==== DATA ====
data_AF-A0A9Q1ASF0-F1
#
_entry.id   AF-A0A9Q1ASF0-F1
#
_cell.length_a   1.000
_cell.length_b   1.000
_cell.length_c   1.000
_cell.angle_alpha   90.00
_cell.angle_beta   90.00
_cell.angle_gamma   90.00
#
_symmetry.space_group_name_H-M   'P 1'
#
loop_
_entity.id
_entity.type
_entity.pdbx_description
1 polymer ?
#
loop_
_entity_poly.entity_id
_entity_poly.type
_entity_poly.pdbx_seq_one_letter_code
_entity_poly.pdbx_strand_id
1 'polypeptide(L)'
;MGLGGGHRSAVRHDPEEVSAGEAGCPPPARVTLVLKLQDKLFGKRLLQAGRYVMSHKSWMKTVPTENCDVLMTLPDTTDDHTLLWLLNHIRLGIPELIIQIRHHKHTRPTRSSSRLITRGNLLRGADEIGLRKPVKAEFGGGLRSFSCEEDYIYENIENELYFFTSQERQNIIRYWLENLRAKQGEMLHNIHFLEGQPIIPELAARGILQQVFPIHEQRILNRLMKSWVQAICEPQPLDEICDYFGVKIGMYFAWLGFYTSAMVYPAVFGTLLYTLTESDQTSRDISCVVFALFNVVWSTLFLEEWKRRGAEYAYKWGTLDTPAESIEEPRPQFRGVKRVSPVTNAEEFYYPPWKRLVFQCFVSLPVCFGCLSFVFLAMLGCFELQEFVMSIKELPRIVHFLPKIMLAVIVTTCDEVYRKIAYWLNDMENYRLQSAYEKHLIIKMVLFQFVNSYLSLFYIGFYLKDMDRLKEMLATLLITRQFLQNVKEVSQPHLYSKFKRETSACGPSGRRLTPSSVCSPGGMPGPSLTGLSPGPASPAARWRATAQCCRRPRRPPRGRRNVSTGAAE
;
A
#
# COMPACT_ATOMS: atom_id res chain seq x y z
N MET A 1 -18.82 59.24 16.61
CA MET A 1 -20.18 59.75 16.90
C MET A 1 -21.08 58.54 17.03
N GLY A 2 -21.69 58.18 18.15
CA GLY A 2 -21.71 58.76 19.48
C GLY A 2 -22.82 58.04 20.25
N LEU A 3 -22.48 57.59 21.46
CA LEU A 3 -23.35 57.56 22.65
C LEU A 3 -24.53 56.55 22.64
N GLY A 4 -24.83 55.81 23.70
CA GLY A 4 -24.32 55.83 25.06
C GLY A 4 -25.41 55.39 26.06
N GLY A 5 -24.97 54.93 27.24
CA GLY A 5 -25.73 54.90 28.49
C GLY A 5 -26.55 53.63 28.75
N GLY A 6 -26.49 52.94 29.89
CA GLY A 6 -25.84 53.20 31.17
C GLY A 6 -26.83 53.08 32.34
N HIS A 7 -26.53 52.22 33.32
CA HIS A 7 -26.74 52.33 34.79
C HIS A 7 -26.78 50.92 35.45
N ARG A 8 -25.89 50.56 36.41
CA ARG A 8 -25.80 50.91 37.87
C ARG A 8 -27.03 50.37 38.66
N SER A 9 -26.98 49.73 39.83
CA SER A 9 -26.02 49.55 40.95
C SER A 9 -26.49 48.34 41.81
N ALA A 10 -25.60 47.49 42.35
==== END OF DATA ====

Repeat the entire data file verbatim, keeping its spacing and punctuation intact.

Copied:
data_AF-A0A9Q1ASF0-F1
#
_entry.id   AF-A0A9Q1ASF0-F1
#
_cell.length_a   1.000
_cell.length_b   1.000
_cell.length_c   1.000
_cell.angle_alpha   90.00
_cell.angle_beta   90.00
_cell.angle_gamma   90.00
#
_symmetry.space_group_name_H-M   'P 1'
#
loop_
_entity.id
_entity.type
_entity.pdbx_description
1 polymer ?
#
loop_
_entity_poly.entity_id
_entity_poly.type
_entity_poly.pdbx_seq_one_letter_code
_entity_poly.pdbx_strand_id
1 'polypeptide(L)'
;MGLGGGHRSAVRHDPEEVSAGEAGCPPPARVTLVLKLQDKLFGKRLLQAGRYVMSHKSWMKTVPTENCDVLMTLPDTTDDHTLLWLLNHIRLGIPELIIQIRHHKHTRPTRSSSRLITRGNLLRGADEIGLRKPVKAEFGGGLRSFSCEEDYIYENIENELYFFTSQERQNIIRYWLENLRAKQGEMLHNIHFLEGQPIIPELAARGILQQVFPIHEQRILNRLMKSWVQAICEPQPLDEICDYFGVKIGMYFAWLGFYTSAMVYPAVFGTLLYTLTESDQTSRDISCVVFALFNVVWSTLFLEEWKRRGAEYAYKWGTLDTPAESIEEPRPQFRGVKRVSPVTNAEEFYYPPWKRLVFQCFVSLPVCFGCLSFVFLAMLGCFELQEFVMSIKELPRIVHFLPKIMLAVIVTTCDEVYRKIAYWLNDMENYRLQSAYEKHLIIKMVLFQFVNSYLSLFYIGFYLKDMDRLKEMLATLLITRQFLQNVKEVSQPHLYSKFKRETSACGPSGRRLTPSSVCSPGGMPGPSLTGLSPGPASPAARWRATAQCCRRPRRPPRGRRNVSTGAAE
;
A
#
# COMPACT_ATOMS: atom_id res chain seq x y z
N MET A 1 -18.82 59.24 16.61
CA MET A 1 -20.18 59.75 16.90
C MET A 1 -21.08 58.54 17.03
N GLY A 2 -21.69 58.18 18.15
CA GLY A 2 -21.71 58.76 19.48
C GLY A 2 -22.82 58.04 20.25
N LEU A 3 -22.48 57.59 21.46
CA LEU A 3 -23.35 57.56 22.65
C LEU A 3 -24.53 56.55 22.64
N GLY A 4 -24.83 55.81 23.70
CA GLY A 4 -24.32 55.83 25.06
C GLY A 4 -25.41 55.39 26.06
N GLY A 5 -24.97 54.93 27.24
CA GLY A 5 -25.73 54.90 28.49
C GLY A 5 -26.55 53.63 28.75
N GLY A 6 -26.49 52.94 29.89
CA GLY A 6 -25.84 53.20 31.17
C GLY A 6 -26.83 53.08 32.34
N HIS A 7 -26.53 52.22 33.32
CA HIS A 7 -26.74 52.33 34.79
C HIS A 7 -26.78 50.92 35.45
N ARG A 8 -25.89 50.56 36.41
CA ARG A 8 -25.80 50.91 37.87
C ARG A 8 -27.03 50.37 38.66
N SER A 9 -26.98 49.73 39.83
CA SER A 9 -26.02 49.55 40.95
C SER A 9 -26.49 48.34 41.81
N ALA A 10 -25.60 47.49 42.35